Exporting a WSFL activity is roughly the equivalent of marking an operation
on a Java class as
public. That is, when a method is marked
it is visible and accessible to other applications making use of that Java
class. It's the exact same thing here, when you export an activity,
it becomes visible, a part of the Web service interface description described
using WSDL. To clarify that, I'll walk you through a simple example.
First, imagine a very simple workflow process, shown in Figure 3.
Figure 3: A simple workflow process
Here, you have only three activities: check stocks, determine best selling price, and sell stocks (the don't Sell bubble essentially ends the work flow without any additional activity). The flow model for this process would look like Listing 1.
<flowModel name="sample" serviceProviderType="sampleType"> <flowSource name="samplesource"> <output name="processInstanceData" message="tio:doStocks"/> </flowSource> <serviceProvider name="buyer" type="buyerType"/> <serviceProvider name="seller" type="sellerType"/> <export lifecycleAction="spawn"> <target portType="tio:sample" operation="doStocksRequest"> <map sourceMessage="doStocks" targetMessage="processInstanceData" targetPart="request"/> </target> </export> <activity name="checkStocks"> <input name="checkStocks" message="tio:checkStocks"/> <output name="checkStocksOutput" message="tio:stockQuote"/> <performedBy serviceProvider="buyer"/> <implement> <!--implementation details --> </implement> </activity> <activity name="determineSellPrice"> <input name="dataIn" message="tio:stockQuote" /> <output name="dataOut" message="tio:sellOrder"/> <performedBy serviceProvider="buyer"/> <implement> <!--implementation details --> </implement> </activity> <activity name="sellStocks" > <input name="sellOrder" message="tio:sellOrder"/> <output name="sellOrderOut" message="tio:sellConfirmation"/> <performedBy serviceProvider="buyer"/> <implement> <!--implementation details --> </implement> </activity> <controlLink name="c1" source="checkStocks" target="determineSellPrice"/> <controlLink name="c2" source="determineSellPrice" target="sellStocks"/> <dataLink name="c1" source="checkStocks" target="determineSellPrice"/> <dataLink name="gT-rS-data" source= "determineSellPrice" target="sellStocks"/> </flowModel>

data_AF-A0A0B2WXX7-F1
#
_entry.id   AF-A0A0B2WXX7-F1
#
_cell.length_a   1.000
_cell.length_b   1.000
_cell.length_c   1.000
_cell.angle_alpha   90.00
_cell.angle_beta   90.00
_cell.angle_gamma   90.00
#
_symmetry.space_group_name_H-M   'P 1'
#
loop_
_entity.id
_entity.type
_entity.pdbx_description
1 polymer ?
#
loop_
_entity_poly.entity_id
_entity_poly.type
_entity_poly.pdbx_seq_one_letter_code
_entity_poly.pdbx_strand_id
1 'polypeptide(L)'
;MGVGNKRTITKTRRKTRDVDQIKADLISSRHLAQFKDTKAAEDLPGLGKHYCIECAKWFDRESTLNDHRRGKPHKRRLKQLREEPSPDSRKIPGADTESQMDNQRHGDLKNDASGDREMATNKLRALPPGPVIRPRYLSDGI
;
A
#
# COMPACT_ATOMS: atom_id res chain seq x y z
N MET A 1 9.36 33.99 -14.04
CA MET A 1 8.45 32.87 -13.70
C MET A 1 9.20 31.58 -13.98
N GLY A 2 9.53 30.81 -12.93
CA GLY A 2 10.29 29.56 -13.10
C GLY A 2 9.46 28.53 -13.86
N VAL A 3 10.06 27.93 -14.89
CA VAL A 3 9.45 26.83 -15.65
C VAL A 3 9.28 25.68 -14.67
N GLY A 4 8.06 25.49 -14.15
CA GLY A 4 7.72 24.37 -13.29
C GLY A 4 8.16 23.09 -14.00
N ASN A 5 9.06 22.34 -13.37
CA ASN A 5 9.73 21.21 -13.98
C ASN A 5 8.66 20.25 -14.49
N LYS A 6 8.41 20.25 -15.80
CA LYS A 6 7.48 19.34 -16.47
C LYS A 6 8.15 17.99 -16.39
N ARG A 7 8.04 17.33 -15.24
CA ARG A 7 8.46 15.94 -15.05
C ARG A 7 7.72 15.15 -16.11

Two of the operations, check stocks and sell stocks, require that the business process interact with Web services external to the business process itself, so what we need to do is export those activities as part of the processes public interface. We do that using the export mechanism in the flow model, as shown in Listing 2.